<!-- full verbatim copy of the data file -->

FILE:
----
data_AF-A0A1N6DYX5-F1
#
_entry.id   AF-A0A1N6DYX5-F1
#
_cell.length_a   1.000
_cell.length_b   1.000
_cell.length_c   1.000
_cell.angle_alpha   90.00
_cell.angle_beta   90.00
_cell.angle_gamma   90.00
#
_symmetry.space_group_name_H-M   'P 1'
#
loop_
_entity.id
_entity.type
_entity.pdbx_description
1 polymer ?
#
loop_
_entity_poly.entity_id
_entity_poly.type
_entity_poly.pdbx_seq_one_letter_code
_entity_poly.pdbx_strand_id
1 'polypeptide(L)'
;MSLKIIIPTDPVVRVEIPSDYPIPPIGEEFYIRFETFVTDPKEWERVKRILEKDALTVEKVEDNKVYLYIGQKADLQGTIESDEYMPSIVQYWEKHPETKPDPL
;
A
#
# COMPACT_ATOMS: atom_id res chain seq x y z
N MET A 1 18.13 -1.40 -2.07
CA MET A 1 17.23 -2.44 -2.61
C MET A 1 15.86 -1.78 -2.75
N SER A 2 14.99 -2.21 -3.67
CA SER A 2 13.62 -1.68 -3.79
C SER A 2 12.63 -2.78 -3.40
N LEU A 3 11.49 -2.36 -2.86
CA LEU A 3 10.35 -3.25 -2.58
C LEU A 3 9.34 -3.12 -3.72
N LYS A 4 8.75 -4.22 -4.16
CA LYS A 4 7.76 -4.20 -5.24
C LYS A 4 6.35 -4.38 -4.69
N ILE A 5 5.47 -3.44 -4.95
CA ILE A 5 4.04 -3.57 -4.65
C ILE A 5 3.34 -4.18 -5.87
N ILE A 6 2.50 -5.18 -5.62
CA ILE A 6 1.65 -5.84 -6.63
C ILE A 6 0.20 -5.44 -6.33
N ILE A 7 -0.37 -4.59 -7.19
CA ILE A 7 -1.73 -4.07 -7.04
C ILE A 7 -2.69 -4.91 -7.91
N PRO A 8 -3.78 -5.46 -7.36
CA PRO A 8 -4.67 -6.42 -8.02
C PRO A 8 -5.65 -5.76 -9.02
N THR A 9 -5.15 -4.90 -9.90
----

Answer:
data_AF-A0A1N6DYX5-F1
#
_entry.id   AF-A0A1N6DYX5-F1
#
_cell.length_a   1.000
_cell.length_b   1.000
_cell.length_c   1.000
_cell.angle_alpha   90.00
_cell.angle_beta   90.00
_cell.angle_gamma   90.00
#
_symmetry.space_group_name_H-M   'P 1'
#
loop_
_entity.id
_entity.type
_entity.pdbx_description
1 polymer ?
#
loop_
_entity_poly.entity_id
_entity_poly.type
_entity_poly.pdbx_seq_one_letter_code
_entity_poly.pdbx_strand_id
1 'polypeptide(L)'
;MSLKIIIPTDPVVRVEIPSDYPIPPIGEEFYIRFETFVTDPKEWERVKRILEKDALTVEKVEDNKVYLYIGQKADLQGTIESDEYMPSIVQYWEKHPETKPDPL
;
A
#
# COMPACT_ATOMS: atom_id res chain seq x y z
N MET A 1 18.13 -1.40 -2.07
CA MET A 1 17.23 -2.44 -2.61
C MET A 1 15.86 -1.78 -2.75
N SER A 2 14.99 -2.21 -3.67
CA SER A 2 13.62 -1.68 -3.79
C SER A 2 12.63 -2.78 -3.40
N LEU A 3 11.49 -2.36 -2.86
CA LEU A 3 10.35 -3.25 -2.58
C LEU A 3 9.34 -3.12 -3.72
N LYS A 4 8.75 -4.22 -4.16
CA LYS A 4 7.76 -4.20 -5.24
C LYS A 4 6.35 -4.38 -4.69
N ILE A 5 5.47 -3.44 -4.95
CA ILE A 5 4.04 -3.57 -4.65
C ILE A 5 3.34 -4.18 -5.87
N ILE A 6 2.50 -5.18 -5.62
CA ILE A 6 1.65 -5.84 -6.63
C ILE A 6 0.20 -5.44 -6.33
N ILE A 7 -0.37 -4.59 -7.19
CA ILE A 7 -1.73 -4.07 -7.04
C ILE A 7 -2.69 -4.91 -7.91
N PRO A 8 -3.78 -5.46 -7.36
CA PRO A 8 -4.67 -6.42 -8.02
C PRO A 8 -5.65 -5.76 -9.02
N THR A 9 -5.15 -4.90 -9.90